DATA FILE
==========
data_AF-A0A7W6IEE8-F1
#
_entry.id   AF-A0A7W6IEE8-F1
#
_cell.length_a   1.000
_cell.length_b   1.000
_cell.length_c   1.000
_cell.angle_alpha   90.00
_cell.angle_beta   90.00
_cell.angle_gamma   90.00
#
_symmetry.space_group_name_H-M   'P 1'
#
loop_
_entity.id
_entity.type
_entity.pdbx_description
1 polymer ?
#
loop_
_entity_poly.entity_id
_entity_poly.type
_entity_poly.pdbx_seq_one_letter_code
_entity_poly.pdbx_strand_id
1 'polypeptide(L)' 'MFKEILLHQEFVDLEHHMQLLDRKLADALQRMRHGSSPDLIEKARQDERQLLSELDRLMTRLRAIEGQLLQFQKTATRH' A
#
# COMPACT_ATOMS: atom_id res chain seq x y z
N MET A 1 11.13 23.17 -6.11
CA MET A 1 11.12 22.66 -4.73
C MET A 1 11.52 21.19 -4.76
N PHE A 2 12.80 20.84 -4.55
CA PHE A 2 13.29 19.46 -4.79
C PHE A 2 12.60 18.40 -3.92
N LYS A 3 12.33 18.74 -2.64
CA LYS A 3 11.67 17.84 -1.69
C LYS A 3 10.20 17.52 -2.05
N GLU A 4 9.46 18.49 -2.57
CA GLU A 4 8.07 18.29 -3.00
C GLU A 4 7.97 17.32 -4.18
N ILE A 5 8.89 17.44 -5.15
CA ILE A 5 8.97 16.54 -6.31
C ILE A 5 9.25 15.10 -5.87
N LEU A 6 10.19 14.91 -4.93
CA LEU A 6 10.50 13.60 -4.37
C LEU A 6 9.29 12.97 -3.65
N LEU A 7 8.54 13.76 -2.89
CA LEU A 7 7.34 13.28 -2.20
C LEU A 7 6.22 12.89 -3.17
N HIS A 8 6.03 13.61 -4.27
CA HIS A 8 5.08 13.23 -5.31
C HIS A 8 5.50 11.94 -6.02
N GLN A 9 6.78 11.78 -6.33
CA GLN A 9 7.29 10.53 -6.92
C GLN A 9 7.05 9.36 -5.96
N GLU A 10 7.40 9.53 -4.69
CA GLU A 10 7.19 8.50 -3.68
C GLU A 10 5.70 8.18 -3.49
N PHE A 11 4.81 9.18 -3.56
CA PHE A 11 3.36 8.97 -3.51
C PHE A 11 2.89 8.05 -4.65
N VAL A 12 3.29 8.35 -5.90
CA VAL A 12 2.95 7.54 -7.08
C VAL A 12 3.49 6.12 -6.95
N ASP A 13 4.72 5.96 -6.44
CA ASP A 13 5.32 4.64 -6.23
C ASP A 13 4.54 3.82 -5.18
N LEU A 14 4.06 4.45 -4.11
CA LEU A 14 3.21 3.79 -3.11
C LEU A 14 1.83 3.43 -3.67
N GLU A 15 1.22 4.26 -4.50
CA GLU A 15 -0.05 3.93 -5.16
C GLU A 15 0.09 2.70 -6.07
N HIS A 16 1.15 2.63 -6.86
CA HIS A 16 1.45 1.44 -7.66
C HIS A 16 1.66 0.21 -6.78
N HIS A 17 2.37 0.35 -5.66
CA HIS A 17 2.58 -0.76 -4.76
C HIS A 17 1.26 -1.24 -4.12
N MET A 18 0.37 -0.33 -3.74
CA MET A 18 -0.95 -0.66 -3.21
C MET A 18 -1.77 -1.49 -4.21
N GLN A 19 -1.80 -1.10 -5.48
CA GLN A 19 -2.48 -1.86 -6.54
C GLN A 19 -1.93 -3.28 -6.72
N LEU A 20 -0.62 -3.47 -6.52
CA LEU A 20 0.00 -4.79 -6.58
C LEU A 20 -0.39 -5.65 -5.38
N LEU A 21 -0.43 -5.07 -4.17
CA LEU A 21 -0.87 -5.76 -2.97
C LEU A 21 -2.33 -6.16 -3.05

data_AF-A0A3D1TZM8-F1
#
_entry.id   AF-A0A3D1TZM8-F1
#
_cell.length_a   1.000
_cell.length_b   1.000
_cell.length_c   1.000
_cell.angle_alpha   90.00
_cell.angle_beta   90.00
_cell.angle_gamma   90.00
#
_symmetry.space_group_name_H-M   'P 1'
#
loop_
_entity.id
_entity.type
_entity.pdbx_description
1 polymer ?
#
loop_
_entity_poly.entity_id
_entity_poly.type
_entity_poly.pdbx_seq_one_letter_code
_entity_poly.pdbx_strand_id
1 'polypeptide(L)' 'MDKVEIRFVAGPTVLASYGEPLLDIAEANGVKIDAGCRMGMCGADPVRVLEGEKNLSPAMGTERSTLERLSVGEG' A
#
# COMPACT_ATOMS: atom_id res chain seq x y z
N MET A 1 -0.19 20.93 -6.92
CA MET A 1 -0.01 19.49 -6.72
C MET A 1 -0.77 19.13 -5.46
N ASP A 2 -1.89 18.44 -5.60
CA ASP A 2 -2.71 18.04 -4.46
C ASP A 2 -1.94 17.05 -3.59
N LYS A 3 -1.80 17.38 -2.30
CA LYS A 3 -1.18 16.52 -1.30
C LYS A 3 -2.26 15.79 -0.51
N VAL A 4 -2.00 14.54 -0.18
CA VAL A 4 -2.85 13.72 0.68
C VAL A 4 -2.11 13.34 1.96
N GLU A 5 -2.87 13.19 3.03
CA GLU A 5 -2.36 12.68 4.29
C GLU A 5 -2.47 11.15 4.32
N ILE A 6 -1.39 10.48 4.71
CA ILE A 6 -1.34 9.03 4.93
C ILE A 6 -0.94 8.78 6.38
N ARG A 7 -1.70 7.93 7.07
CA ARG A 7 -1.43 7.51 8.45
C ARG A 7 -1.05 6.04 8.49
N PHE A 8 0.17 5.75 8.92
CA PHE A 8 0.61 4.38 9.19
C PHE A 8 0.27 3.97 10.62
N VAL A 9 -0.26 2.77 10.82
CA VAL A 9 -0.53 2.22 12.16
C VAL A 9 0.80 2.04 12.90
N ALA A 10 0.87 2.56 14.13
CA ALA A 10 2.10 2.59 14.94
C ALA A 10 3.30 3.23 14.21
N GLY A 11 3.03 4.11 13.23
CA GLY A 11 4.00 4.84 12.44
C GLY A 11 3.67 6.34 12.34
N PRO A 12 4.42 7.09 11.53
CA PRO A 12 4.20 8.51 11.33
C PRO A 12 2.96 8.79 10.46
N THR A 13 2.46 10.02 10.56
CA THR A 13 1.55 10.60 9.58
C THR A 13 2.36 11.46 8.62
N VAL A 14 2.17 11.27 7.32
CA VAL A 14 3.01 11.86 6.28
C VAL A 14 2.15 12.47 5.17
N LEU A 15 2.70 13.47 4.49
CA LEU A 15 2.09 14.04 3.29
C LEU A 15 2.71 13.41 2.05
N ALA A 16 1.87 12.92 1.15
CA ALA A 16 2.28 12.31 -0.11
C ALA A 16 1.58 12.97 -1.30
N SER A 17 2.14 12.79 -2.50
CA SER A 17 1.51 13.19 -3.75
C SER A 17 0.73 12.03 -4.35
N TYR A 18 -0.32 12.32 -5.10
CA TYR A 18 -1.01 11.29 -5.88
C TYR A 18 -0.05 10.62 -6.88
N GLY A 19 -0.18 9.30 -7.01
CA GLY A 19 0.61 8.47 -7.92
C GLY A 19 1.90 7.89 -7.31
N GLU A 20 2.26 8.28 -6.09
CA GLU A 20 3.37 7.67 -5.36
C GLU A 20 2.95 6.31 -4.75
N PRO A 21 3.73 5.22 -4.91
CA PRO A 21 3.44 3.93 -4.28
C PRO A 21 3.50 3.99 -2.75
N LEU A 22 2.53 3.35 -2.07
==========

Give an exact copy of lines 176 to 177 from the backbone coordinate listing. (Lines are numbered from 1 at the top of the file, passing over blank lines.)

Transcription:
CA GLU A 20 3.37 7.67 -5.36
C GLU A 20 2.95 6.31 -4.75